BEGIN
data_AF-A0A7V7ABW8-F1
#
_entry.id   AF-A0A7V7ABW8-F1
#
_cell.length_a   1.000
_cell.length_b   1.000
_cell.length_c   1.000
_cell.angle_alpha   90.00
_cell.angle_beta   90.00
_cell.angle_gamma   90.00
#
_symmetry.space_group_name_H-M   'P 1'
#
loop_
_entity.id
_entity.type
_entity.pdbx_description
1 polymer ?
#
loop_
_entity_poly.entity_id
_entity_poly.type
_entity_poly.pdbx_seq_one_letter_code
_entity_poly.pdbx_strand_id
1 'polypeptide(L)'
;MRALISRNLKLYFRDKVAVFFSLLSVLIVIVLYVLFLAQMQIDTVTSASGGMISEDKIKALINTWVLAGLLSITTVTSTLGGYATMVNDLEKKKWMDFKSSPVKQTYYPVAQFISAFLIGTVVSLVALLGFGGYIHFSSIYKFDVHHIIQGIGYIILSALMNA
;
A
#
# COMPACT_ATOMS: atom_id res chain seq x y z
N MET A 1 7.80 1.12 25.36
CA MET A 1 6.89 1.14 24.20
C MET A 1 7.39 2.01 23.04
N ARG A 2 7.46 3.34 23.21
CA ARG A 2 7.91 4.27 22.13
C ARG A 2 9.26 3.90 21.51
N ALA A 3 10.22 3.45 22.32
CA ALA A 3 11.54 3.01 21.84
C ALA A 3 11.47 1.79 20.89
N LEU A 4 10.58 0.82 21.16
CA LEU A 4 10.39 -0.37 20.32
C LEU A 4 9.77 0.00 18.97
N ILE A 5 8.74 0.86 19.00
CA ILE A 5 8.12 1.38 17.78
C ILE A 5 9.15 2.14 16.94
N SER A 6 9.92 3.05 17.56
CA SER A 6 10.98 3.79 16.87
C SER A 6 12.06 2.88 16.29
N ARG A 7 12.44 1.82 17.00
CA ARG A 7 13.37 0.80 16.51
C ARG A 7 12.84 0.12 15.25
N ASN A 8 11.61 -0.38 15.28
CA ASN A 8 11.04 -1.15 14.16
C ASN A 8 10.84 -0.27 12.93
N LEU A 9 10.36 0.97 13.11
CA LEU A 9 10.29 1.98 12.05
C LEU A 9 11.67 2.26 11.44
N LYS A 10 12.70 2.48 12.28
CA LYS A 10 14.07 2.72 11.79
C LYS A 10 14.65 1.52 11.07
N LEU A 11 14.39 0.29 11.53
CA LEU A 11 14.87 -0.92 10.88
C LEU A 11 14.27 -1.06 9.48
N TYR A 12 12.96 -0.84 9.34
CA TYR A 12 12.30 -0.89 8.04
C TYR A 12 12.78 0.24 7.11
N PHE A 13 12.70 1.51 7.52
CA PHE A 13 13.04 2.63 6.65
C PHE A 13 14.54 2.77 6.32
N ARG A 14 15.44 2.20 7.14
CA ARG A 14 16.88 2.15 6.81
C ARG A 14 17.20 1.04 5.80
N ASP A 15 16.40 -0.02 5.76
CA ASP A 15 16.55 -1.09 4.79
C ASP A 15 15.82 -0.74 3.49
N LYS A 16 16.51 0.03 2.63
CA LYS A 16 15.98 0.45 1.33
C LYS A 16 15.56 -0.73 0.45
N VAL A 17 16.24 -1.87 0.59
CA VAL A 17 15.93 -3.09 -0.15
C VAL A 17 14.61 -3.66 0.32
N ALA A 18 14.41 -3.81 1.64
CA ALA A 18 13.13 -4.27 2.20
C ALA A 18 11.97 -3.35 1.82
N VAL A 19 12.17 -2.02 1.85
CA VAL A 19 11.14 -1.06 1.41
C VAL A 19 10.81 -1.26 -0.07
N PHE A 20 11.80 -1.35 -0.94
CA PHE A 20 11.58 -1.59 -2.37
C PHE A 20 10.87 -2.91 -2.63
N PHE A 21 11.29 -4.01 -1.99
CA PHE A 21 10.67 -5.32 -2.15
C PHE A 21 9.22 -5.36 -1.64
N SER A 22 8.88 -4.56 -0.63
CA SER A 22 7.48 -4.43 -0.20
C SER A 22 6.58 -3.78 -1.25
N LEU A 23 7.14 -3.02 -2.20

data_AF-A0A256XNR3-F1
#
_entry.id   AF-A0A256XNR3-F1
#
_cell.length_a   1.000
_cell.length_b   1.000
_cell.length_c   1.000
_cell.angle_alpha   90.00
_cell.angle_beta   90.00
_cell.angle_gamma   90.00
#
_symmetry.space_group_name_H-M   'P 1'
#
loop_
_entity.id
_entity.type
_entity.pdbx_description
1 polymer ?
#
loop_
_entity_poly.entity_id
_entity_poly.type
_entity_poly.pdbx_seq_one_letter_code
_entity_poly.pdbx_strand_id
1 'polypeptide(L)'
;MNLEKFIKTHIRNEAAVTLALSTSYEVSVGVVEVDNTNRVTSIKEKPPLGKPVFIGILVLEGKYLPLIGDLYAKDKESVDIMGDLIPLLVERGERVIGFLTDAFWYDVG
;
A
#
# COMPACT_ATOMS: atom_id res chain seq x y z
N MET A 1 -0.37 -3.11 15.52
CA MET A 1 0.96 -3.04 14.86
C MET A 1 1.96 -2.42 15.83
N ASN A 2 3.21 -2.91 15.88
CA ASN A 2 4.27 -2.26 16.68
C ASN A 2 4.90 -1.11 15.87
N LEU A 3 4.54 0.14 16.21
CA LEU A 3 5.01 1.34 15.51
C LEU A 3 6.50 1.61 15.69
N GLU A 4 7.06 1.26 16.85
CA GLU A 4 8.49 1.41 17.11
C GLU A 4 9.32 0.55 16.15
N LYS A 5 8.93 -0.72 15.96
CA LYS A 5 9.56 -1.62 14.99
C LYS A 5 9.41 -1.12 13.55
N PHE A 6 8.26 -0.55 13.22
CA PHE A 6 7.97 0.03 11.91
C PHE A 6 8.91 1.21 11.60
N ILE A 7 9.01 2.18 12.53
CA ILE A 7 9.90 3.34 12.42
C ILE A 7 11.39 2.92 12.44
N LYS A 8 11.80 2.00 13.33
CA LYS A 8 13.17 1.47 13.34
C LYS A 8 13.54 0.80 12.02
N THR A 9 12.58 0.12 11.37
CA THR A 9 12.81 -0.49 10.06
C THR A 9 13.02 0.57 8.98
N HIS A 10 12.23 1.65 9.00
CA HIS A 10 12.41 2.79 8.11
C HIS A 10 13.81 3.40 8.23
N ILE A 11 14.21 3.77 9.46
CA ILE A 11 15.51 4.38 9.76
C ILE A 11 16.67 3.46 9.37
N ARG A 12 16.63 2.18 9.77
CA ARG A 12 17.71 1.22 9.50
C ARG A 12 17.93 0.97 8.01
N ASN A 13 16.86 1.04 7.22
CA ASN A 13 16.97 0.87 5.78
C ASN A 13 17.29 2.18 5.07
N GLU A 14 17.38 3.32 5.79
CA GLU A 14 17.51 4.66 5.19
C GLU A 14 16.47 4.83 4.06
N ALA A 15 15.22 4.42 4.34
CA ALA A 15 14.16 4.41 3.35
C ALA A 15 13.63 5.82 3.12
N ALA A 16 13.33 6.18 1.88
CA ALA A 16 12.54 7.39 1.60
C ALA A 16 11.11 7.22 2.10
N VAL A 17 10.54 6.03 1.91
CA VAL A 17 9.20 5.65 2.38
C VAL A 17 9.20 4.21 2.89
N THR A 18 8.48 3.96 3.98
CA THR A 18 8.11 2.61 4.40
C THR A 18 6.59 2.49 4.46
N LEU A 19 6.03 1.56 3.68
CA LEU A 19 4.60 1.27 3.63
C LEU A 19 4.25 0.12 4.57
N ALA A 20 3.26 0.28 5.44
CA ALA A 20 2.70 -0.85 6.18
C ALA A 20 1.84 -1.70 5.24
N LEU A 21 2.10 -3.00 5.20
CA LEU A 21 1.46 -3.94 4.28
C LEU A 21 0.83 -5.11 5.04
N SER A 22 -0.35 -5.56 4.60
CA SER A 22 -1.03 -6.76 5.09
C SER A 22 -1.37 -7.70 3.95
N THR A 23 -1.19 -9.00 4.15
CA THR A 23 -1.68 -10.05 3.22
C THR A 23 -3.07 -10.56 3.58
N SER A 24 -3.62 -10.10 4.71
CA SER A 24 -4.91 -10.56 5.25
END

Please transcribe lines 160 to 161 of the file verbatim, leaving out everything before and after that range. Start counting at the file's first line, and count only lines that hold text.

C ILE A 11 16.67 3.46 9.37
N ARG A 12 16.63 2.18 9.77